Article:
Thursday, June 16, 2011

Boethius on What a Philosopher Is

On my bedstand right now: a textbook on cosmology and Boethius's Consolations of Philosophy (which I'd never properly read through before). Lots of interesting stuff in both, but I thought I'd share a passage from Boethius that jumped out at me:

[A man] had insultingly attacked a man who had falsely assumed the title of philosopher, not for the practice of true virtue but simply from vanity, to increase his own glory; and he added that he would know he was really a philosopher if he bore all the injuries heaped upon him calmly and patiently. The other adopted a patient manner for a time and bore the insults, and then said tauntingly: "Now do you recognize that I am a philosopher?" To which the first very cuttingly replied: "I should have, had you kept silent." (524 CE/1918, trans. Stewart, Rand, and Tester, p. 221).
This characterization of a philosopher as someone who practices virtue and, especially, who patiently bears injury, is not of course unique to Boethius but seems to have been common from the ancient period at least into the Renaissance. Today, however -- at least in the circles I frequent -- "philosopher" means something more like "person who teaches in a philosophy department".

Implicit in Boethius's conception of philosophy is an intimate connection between intellectual reflection of a certain sort and a particular type of lived moral practice. On the contemporary conception, intellectual reflection and personal moral practice are much less tightly linked -- even (one might argue) wholly orthogonal. It's worth considering the merits and demerits of this changing conceptualization of the nature of philosophy.

One wedge into the issue is this: What is it to have a moral belief? Is it just to be disposed to say certain things? Or is it -- as I think -- to be disposed more generally to steer one's life in a particular way? If the latter, a philosopher's moral attitudes and her moral behavior may be less distinct than those philosophers who would prefer not to subject their personal lives to moral scrutiny might like to think.


Anonymous said...

Philosopher-as-moral-paragon is a myth in service to the ruling class. Practicing philosophers are technicians, like all other professionals.

Eric Schwitzgebel said...

Some technicians benefit from their techne. The plumber can fix her toilet. What are the philosopher's tools good for?

Anonymous said...

A philosopher is not limited to any definition put from outside, and he is sometimes not limited by it.

J.J. Richards said...

This post reminded me of a quote from Aristotle's Nicomachean Ethics:

"Since the branch of philosophy on which we are present engaged is not, like the others, theoretical in its aim- because we are studying not to know what goodness is, but how to become good men, since otherwise it would be useless - we must apply our minds to the problem of how our actions should be performed, because, as we have just said, it is these that actually determine our dispositions"

Before continuing the quote I will break in with a quick comment. Ethics for Aristotle (as I have read him) is a practical endeavor. The final line of the previous quote illustrates A's idea that one's moral character is developed in practice, not in study. Similarly a doctor's virtue (in an Aristotelian sense) is developed in practice. Yet no one would ignore the fact that technical education in both these fields is important.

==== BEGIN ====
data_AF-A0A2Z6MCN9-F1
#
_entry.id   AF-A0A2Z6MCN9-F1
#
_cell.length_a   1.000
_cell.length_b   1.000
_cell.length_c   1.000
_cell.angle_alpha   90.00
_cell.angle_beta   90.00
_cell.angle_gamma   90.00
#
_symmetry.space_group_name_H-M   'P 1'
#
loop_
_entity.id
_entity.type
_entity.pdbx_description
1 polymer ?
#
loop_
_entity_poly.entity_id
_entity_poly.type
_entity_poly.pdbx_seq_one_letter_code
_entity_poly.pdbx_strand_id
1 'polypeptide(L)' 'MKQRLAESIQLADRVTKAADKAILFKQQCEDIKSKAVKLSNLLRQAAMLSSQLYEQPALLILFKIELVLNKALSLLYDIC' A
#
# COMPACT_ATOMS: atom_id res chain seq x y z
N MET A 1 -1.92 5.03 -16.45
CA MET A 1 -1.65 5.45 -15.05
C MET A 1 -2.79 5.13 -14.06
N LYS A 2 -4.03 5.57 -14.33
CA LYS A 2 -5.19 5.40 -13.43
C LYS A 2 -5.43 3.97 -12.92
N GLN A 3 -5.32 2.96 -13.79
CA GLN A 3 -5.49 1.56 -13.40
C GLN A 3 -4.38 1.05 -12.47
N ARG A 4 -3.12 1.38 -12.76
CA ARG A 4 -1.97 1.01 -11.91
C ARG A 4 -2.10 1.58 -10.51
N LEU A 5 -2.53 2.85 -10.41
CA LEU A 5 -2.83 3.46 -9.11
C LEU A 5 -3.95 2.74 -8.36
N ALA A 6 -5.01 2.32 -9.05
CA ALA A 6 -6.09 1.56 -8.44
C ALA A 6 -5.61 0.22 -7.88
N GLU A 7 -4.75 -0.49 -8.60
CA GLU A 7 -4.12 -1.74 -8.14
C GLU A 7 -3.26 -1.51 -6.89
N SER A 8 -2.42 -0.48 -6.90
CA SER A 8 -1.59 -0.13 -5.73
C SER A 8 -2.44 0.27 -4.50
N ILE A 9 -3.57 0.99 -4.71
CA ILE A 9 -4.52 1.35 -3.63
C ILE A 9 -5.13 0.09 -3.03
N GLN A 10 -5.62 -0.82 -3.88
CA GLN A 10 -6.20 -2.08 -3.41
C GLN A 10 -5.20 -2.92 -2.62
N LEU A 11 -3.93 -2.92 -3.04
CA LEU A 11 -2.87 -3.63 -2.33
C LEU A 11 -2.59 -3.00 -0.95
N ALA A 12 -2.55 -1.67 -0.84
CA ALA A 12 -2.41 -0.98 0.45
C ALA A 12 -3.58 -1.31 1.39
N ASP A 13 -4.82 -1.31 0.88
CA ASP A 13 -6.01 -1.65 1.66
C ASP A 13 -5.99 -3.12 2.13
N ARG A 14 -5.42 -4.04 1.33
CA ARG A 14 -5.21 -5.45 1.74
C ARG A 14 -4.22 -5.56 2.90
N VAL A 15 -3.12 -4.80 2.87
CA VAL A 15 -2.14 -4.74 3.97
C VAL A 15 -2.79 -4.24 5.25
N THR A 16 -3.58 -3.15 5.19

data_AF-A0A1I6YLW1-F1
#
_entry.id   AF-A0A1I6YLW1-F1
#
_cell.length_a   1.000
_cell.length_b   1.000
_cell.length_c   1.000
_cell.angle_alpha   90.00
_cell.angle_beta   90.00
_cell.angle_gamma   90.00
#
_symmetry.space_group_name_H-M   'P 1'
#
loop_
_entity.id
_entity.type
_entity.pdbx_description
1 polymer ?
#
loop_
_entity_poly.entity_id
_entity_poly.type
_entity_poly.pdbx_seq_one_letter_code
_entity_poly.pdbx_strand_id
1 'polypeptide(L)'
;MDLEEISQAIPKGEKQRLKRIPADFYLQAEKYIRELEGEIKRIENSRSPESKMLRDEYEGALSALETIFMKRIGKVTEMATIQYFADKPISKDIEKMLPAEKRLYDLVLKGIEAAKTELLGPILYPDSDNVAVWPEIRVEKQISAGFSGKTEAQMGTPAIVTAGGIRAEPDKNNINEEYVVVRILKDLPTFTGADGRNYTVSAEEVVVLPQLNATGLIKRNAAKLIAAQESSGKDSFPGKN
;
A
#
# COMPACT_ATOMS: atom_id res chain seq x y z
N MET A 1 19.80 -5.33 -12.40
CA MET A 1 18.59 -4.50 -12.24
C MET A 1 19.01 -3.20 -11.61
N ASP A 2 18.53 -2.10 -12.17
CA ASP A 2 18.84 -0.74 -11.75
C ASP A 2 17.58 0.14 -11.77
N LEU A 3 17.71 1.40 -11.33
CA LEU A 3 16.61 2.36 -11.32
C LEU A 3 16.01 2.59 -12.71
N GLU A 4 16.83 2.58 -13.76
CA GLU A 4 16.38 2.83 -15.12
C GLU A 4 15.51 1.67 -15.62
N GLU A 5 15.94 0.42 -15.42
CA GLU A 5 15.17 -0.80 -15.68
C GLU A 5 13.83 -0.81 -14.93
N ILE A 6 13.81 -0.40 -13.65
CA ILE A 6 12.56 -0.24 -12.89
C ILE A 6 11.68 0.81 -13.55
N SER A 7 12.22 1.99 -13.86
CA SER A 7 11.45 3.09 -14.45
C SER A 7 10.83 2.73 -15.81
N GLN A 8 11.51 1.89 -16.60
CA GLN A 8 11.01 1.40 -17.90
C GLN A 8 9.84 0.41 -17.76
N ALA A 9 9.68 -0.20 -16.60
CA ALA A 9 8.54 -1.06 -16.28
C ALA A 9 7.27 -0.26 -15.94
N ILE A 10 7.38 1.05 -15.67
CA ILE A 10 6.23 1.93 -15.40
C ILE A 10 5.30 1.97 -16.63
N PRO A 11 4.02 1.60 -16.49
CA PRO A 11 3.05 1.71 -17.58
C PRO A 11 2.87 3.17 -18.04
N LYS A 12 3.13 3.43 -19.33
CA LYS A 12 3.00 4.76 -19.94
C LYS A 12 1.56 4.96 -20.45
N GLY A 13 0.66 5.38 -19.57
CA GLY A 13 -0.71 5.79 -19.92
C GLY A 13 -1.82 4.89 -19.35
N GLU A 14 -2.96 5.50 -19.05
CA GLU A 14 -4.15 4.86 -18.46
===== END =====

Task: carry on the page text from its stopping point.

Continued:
A continues:
"Now that we should act according to the right principle is common ground and may be assumed as a basis for discussion. But we must first agree that any account of conduct must be stated in outline and not in precise detail, just as we said at the beginning that accounts are to be required only in such a form as befits the subject matter. Now questions of conduct and experience have as little fixity about them as questions of what is healthful; and if this is true of the general rule, it is still more true that its application to particular problems admits of no precision. For they do not fall under any art of professional tradition, but the agents are compelled at every step to think out for themselves what the circumstances demand, just as happens in the arts of medicine and navigation." (1103b26-1104a11)

Sorry for the length, but I think the full context is helpful.

It seems, going off of Eric's question that the philosopher's tools would be good for determining how to act while considering the circumstances. Certainly A's ethics isn't "ethics" in its most modern sense, but I think we can gain a lot from the idea that philosophy helps us understand morality, but action is equally important in our moral education. It seems like technical knowledge can lead to action, which can lead to habit, which by Eric's proposed definition establishes moral beliefs. However, modern philosophy tends towards the theoretical. For A we must not only learn the general structure of moral virtue (means between extremes for him) but also how to apply these ideas to the complexities of actual life. I think philosophy has strayed from this a bit, but I still think moral philosophers in many cases are better equipped because of their technical knowledge.

I think these Ancient dudes were on to something.

Eric Schwitzgebel said...

J.J.: Thanks for the interesting post! I agree about Aristotle. The Stoics too, of course!